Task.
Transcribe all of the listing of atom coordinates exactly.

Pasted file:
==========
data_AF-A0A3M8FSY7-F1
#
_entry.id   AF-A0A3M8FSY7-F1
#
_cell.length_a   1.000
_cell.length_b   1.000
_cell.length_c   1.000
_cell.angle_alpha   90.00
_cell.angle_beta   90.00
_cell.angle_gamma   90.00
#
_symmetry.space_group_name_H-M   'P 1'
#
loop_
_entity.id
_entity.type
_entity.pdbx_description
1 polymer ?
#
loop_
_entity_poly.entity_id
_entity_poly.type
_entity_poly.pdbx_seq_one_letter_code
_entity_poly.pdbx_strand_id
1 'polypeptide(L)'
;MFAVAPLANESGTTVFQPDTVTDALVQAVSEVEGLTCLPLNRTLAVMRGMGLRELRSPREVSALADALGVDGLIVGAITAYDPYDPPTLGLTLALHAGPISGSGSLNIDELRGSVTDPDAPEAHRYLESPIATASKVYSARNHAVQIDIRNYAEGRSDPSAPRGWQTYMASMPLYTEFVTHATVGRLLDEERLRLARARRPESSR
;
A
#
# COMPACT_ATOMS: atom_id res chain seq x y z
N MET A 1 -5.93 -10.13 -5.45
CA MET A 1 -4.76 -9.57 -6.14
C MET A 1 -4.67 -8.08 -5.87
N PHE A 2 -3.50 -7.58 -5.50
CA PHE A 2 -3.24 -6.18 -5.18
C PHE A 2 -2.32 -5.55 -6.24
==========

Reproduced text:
data_AF-A0A3M8FSY7-F1
#
_entry.id   AF-A0A3M8FSY7-F1
#
_cell.length_a   1.000
_cell.length_b   1.000
_cell.length_c   1.000
_cell.angle_alpha   90.00
_cell.angle_beta   90.00
_cell.angle_gamma   90.00
#
_symmetry.space_group_name_H-M   'P 1'
#
loop_
_entity.id
_entity.type
_entity.pdbx_description
1 polymer ?
#
loop_
_entity_poly.entity_id
_entity_poly.type
_entity_poly.pdbx_seq_one_letter_code
_entity_poly.pdbx_strand_id
1 'polypeptide(L)'
;MFAVAPLANESGTTVFQPDTVTDALVQAVSEVEGLTCLPLNRTLAVMRGMGLRELRSPREVSALADALGVDGLIVGAITAYDPYDPPTLGLTLALHAGPISGSGSLNIDELRGSVTDPDAPEAHRYLESPIATASKVYSARNHAVQIDIRNYAEGRSDPSAPRGWQTYMASMPLYTEFVTHATVGRLLDEERLRLARARRPESSR
;
A
#
# COMPACT_ATOMS: atom_id res chain seq x y z
N MET A 1 -5.93 -10.13 -5.45
CA MET A 1 -4.76 -9.57 -6.14
C MET A 1 -4.67 -8.08 -5.87
N PHE A 2 -3.50 -7.58 -5.50
CA PHE A 2 -3.24 -6.18 -5.18
C PHE A 2 -2.32 -5.55 -6.24